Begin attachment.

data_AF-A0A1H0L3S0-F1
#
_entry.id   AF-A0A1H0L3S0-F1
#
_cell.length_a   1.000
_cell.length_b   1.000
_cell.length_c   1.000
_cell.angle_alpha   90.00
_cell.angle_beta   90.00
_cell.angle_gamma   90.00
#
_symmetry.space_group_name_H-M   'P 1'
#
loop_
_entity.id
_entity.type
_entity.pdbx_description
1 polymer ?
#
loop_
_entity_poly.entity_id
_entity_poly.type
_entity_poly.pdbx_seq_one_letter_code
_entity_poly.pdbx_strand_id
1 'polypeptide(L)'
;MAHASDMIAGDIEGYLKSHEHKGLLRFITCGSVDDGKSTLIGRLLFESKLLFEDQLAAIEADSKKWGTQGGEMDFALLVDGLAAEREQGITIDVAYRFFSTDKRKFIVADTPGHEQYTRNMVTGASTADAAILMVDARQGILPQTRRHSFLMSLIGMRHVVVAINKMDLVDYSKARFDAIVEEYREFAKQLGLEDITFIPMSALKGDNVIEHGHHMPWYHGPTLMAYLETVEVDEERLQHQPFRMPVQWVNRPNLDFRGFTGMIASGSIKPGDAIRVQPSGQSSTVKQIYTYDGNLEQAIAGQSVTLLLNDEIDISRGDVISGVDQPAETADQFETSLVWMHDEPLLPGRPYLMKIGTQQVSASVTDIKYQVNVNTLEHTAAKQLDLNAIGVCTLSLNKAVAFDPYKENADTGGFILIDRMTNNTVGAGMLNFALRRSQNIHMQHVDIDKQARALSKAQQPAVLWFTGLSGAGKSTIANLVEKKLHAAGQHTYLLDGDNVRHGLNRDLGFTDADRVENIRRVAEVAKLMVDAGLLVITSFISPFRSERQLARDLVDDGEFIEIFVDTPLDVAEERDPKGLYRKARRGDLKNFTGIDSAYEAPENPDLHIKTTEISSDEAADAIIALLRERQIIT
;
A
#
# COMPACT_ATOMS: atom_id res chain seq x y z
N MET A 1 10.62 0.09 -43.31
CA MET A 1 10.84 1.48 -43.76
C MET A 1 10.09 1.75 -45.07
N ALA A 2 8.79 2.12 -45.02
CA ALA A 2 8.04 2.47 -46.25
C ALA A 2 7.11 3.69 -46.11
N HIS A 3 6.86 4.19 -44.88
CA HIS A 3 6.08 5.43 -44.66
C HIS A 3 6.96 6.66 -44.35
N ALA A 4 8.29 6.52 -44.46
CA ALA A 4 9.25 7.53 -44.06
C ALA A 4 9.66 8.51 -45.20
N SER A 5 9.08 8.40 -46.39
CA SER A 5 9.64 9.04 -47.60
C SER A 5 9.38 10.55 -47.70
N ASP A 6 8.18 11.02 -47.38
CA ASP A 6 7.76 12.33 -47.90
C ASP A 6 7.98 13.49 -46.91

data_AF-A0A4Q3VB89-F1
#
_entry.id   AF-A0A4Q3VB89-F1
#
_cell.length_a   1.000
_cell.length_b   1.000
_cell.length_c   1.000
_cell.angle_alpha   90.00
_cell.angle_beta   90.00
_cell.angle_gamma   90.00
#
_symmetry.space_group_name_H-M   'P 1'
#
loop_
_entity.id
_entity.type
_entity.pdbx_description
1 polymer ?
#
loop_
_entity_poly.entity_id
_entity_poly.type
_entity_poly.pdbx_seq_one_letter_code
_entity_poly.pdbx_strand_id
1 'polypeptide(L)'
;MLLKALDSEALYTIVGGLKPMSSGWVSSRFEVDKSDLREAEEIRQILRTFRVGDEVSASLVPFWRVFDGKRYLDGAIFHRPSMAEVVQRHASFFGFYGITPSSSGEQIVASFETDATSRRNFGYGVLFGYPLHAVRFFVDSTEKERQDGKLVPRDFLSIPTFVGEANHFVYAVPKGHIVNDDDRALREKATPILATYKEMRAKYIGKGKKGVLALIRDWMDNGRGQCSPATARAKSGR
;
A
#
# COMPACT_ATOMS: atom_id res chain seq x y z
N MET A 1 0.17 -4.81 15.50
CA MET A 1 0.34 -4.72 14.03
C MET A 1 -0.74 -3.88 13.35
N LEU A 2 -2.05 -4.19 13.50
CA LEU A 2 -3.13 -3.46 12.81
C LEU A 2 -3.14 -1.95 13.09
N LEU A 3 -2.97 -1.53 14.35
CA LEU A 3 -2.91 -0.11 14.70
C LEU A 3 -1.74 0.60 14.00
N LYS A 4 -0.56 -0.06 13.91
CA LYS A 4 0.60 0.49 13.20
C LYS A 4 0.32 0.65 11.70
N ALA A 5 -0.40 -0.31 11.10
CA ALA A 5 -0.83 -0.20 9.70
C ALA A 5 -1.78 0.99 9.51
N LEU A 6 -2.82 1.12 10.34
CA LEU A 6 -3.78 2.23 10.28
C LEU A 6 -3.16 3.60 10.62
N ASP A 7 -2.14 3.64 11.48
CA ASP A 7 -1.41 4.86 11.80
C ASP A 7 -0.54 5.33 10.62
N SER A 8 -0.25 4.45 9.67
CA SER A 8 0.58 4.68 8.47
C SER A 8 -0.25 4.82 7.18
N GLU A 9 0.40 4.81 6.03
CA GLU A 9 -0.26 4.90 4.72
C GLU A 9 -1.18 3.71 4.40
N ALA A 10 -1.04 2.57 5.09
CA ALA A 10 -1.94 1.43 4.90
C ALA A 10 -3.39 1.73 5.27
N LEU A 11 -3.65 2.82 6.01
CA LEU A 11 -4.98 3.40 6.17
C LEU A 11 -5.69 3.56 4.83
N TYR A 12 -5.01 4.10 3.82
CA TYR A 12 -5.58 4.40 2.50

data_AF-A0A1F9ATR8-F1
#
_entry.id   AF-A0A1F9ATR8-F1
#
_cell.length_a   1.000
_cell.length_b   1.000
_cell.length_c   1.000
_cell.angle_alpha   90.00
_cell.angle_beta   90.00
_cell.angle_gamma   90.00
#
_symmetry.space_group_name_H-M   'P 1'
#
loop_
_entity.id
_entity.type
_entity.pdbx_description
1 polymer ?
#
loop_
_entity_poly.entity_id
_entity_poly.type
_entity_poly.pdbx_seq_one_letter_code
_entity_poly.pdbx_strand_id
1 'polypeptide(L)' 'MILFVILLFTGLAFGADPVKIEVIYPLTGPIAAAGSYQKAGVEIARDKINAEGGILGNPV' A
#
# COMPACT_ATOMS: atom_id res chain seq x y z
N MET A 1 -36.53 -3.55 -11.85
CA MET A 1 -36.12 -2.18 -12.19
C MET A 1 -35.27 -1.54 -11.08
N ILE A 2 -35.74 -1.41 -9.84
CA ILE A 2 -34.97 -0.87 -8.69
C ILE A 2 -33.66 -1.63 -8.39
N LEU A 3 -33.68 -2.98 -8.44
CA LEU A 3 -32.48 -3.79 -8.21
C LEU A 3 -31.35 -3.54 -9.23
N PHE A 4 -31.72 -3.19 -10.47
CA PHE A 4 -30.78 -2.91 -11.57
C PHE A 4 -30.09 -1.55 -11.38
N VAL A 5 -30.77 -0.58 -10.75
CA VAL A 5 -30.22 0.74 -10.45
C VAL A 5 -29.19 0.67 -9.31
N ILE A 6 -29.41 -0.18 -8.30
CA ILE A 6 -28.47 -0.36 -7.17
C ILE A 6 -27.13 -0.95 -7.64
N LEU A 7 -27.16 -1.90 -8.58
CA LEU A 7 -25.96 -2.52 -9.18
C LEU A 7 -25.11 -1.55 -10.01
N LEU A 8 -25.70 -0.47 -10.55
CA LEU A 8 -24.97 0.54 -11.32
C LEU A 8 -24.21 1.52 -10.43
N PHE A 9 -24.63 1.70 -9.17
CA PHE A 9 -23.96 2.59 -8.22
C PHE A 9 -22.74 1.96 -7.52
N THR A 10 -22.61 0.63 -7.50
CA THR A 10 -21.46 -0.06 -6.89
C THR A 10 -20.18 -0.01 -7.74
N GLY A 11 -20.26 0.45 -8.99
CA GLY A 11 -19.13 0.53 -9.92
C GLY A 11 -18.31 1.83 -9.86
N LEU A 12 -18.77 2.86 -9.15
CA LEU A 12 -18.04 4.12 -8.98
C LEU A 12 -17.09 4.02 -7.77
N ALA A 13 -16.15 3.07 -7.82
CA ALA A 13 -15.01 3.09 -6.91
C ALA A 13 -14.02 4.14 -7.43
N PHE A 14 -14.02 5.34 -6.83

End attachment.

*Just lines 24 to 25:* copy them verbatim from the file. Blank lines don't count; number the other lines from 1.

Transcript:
_entity_poly.pdbx_strand_id
1 'polypeptide(L)'